There was a point and I see it now. Fact and fancy together, entwined like lovers.

You were behind me the second time, and I couldn't see myself in Your eyes, but You said my name.

Held me like a symbol of everything and nothing that was wrong in all the 'verse, and then You ripped me apart but there wasn't a remedy except time itself, which carries too many burdens to fix all that quickly. Tightness and tearing and blood, but it was what it was, and even You don't control everything. Especially You.

Biggest shift, right then, like the planet tilted and gravity wasn't what it always is. You cried with Your face in my lap, and I petted Your hair and told You about Fibonacci numbers. Start with zero and add one, then add the current number to the previous number. Zero plus one is one, one plus one is two, two plus one is three, three plus two is five.

Told You that this was right, because You and me is two, and You sobbed harder, but it didn't take long before You understood.

The third time, I swayed on Your lap and it was backwards synchrony (I was sane and You were crazy) and there was the inherent rightness of Fibonacci (three also belongs to the Son of Bonacci). It was a small bit of what You wished for when You found out the truth about where I was.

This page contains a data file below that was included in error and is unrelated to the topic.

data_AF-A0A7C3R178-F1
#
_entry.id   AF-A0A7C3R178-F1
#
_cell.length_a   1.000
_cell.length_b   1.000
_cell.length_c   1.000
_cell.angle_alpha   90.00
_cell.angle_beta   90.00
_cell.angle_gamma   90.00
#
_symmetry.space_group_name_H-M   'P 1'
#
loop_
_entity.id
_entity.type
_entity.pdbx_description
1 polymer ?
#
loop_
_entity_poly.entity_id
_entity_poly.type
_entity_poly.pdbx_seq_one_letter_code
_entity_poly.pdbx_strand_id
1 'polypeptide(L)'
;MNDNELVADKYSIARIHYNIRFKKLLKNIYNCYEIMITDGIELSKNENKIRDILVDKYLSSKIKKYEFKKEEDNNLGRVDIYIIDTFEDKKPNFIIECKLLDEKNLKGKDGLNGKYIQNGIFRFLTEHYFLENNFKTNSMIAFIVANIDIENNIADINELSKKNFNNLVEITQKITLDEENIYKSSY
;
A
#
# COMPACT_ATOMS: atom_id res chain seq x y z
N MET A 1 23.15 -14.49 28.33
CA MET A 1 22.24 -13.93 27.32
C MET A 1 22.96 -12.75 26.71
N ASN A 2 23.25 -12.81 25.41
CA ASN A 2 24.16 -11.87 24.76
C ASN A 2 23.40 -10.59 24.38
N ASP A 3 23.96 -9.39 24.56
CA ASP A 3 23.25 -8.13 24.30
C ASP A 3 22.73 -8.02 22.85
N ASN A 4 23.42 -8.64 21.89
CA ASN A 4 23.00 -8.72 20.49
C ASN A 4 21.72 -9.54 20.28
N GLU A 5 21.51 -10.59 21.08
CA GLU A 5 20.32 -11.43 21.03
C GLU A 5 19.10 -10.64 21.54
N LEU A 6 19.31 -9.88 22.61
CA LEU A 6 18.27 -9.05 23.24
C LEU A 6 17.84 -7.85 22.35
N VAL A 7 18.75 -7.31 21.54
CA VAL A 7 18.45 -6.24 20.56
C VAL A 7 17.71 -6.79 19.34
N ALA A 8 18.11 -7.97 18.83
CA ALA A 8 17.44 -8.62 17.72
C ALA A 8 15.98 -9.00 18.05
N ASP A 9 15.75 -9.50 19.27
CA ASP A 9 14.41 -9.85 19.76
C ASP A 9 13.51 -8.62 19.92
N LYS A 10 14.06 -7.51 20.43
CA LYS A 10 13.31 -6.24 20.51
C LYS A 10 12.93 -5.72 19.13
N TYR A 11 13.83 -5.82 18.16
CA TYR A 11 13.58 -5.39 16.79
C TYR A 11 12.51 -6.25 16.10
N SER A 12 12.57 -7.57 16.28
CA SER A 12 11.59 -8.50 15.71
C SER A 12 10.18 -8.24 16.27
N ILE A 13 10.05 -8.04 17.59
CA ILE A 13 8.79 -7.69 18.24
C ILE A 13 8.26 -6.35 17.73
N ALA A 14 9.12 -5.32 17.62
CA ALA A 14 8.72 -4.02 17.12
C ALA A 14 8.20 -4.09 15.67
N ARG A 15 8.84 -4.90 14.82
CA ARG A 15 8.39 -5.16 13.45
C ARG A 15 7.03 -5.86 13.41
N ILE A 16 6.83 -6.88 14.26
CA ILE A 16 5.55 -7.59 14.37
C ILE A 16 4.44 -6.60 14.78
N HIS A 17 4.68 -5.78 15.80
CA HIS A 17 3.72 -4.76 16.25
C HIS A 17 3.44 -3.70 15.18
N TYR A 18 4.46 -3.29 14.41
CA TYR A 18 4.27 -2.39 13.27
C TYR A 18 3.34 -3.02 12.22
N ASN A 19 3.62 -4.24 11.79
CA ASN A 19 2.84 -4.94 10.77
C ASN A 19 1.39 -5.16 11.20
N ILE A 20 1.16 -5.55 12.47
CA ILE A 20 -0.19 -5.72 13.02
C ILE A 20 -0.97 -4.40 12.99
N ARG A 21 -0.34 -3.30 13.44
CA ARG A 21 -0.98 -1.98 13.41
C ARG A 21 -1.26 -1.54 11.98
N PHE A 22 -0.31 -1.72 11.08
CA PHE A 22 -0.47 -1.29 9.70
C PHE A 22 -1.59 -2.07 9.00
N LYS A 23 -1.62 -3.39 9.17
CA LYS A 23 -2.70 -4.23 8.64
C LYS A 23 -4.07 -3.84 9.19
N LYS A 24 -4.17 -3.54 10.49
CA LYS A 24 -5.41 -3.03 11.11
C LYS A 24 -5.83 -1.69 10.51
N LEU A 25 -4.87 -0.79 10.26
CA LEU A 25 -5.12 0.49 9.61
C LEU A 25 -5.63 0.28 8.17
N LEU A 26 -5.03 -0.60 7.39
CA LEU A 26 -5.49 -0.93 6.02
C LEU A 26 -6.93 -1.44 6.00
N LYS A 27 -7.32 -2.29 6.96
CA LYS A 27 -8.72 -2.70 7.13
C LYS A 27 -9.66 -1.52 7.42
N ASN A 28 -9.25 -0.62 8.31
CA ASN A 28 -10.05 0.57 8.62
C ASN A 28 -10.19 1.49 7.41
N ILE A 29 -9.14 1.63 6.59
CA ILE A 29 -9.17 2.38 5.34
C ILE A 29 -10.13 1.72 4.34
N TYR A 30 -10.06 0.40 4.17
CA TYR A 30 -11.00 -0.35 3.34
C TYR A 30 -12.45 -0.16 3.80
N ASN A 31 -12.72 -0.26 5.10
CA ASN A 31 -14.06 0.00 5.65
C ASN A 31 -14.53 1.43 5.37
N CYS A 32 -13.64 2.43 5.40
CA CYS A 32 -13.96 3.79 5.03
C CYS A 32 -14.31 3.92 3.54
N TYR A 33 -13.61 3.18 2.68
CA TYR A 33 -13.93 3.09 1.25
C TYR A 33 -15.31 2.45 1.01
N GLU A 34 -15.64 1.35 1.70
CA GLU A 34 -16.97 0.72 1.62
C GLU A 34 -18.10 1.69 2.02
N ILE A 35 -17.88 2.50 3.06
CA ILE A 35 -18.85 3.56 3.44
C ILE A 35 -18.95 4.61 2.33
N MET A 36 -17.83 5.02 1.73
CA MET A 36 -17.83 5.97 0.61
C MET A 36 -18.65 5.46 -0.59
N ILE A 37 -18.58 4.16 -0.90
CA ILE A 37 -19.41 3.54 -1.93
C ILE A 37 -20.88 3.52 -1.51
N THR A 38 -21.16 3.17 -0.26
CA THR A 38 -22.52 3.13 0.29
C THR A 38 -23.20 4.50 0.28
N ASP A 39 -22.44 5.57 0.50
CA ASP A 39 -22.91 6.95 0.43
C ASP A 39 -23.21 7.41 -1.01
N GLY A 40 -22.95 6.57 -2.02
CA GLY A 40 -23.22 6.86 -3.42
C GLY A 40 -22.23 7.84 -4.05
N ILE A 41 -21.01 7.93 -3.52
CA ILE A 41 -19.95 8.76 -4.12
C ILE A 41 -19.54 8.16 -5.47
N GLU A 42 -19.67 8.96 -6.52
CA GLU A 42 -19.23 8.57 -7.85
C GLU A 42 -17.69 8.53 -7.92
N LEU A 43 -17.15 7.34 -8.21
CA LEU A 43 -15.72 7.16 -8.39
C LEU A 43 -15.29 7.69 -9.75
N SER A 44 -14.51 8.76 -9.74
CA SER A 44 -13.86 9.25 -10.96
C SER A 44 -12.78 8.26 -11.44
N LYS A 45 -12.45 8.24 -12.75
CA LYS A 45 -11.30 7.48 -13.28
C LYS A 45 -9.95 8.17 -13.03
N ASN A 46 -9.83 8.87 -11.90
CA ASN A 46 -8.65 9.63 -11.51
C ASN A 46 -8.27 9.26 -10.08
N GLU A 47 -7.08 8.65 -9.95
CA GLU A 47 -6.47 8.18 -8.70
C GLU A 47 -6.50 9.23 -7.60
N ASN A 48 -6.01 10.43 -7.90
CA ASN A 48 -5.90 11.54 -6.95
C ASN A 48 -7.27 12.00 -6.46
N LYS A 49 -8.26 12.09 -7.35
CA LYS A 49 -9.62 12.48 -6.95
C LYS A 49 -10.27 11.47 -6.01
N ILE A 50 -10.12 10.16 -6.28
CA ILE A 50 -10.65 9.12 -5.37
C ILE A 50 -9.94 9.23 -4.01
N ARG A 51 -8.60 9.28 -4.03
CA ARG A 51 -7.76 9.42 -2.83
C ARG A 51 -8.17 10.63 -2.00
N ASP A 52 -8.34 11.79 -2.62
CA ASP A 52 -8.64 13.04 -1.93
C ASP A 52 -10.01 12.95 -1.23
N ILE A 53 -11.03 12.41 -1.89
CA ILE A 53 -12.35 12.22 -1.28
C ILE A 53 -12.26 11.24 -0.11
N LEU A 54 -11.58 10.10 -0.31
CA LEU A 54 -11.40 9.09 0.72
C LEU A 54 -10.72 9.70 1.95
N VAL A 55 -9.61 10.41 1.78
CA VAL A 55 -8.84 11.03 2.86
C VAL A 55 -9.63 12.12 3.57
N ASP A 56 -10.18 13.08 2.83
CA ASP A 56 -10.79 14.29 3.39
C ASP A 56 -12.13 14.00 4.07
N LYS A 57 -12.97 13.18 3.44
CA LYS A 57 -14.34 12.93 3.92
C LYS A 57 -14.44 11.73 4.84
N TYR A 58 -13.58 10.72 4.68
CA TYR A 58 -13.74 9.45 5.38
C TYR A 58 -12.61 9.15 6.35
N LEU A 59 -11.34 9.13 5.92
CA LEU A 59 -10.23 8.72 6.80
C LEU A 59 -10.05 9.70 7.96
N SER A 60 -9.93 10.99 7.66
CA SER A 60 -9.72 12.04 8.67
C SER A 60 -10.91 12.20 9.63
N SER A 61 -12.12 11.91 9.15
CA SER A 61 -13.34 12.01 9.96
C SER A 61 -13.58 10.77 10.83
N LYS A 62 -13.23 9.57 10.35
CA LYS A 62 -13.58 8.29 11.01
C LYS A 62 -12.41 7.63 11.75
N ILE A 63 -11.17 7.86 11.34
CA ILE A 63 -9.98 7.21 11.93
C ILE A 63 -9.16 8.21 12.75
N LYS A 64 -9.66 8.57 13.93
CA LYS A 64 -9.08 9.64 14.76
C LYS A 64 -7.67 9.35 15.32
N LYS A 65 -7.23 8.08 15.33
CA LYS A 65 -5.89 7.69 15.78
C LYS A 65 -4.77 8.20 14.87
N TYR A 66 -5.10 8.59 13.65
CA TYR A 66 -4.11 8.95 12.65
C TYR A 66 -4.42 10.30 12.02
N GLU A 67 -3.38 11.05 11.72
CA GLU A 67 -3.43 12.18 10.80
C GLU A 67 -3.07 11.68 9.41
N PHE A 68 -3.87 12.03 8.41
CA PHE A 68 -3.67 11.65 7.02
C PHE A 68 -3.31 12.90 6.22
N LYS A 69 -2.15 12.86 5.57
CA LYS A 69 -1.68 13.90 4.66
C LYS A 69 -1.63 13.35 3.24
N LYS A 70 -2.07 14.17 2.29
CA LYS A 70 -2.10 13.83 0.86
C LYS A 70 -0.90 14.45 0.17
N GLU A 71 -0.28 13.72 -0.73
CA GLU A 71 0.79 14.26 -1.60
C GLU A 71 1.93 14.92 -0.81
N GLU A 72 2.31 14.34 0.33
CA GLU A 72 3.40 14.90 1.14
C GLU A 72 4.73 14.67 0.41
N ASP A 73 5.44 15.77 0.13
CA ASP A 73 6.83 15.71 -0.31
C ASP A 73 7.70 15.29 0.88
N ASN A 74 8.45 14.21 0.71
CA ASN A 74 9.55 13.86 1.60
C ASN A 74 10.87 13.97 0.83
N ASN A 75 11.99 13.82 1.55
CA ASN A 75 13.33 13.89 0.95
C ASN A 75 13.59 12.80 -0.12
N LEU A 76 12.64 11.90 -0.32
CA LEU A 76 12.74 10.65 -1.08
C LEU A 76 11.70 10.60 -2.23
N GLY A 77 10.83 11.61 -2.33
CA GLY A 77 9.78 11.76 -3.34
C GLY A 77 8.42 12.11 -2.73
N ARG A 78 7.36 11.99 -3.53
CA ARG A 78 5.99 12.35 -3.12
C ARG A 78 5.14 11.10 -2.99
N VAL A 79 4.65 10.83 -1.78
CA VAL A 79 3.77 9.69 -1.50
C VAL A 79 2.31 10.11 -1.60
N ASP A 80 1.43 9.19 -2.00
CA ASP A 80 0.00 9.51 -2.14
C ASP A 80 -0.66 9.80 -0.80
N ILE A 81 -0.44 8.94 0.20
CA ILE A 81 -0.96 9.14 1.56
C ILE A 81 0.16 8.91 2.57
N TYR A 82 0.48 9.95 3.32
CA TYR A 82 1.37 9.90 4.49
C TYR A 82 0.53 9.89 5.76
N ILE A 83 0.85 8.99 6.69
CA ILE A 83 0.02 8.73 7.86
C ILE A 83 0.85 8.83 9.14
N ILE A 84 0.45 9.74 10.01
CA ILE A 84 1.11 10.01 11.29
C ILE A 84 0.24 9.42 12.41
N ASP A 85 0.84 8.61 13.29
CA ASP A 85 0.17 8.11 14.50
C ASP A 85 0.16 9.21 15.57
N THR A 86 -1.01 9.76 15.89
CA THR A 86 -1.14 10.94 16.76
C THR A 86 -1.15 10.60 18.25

You were sane again, once upon a time. Like in a fairy tale, once upon a time. You read those tales to me, while I sat with my eyes closed, flowers across my face, world reduced to scent and Your voice. Silly things, I called them. All important things now.

Sane. Again. You. "Did you know?" is what You asked, and I told You, "Yes." And then You said, "You should have stopped it!"

Static, Simon. Some things can't be changed. I spent a night wrestling with probability, rolling around on the floor with it like You and I used to do when we were the bright lights in our parents' eyes. It was too strong, too determined.

Seven clocks shattered into bits of wood and bent stems of brass pendulums, eighty-nine bullets strewn among them, wedged in pieces and bits of them. Five more in You and me. Eighty-nine and five, both Fibonacci numbers, Simon. It was inevitable and--

I don't want to think about that anymore.

I knew it would be thirteen. Our thirteenth time. No triskaidekaphobia in our house, is there, Simon?

You kissed me like I was something ripe that You were savoring. Like Kaylee with her strawberries--

And You touched me with reverence, like Jayne caressed Vera--

Ran Your fingers through my hair, like Inara must have with clients--

Laughed with me when we fell to the floor, the kind of laughter that Wash and Zoe always--

Stared at me with eyes more intense than Mal's--

Said my name like those prayers that the Shepherd used to--

We knew each other like we did before I went away to--

We confused each other like we did when You got me away from--

And it was synchronicity. Simon-clock and River-clock, pendulums moving as one, remembering how we used to sway, back before the bullets. Rhythm and motion matched and locked.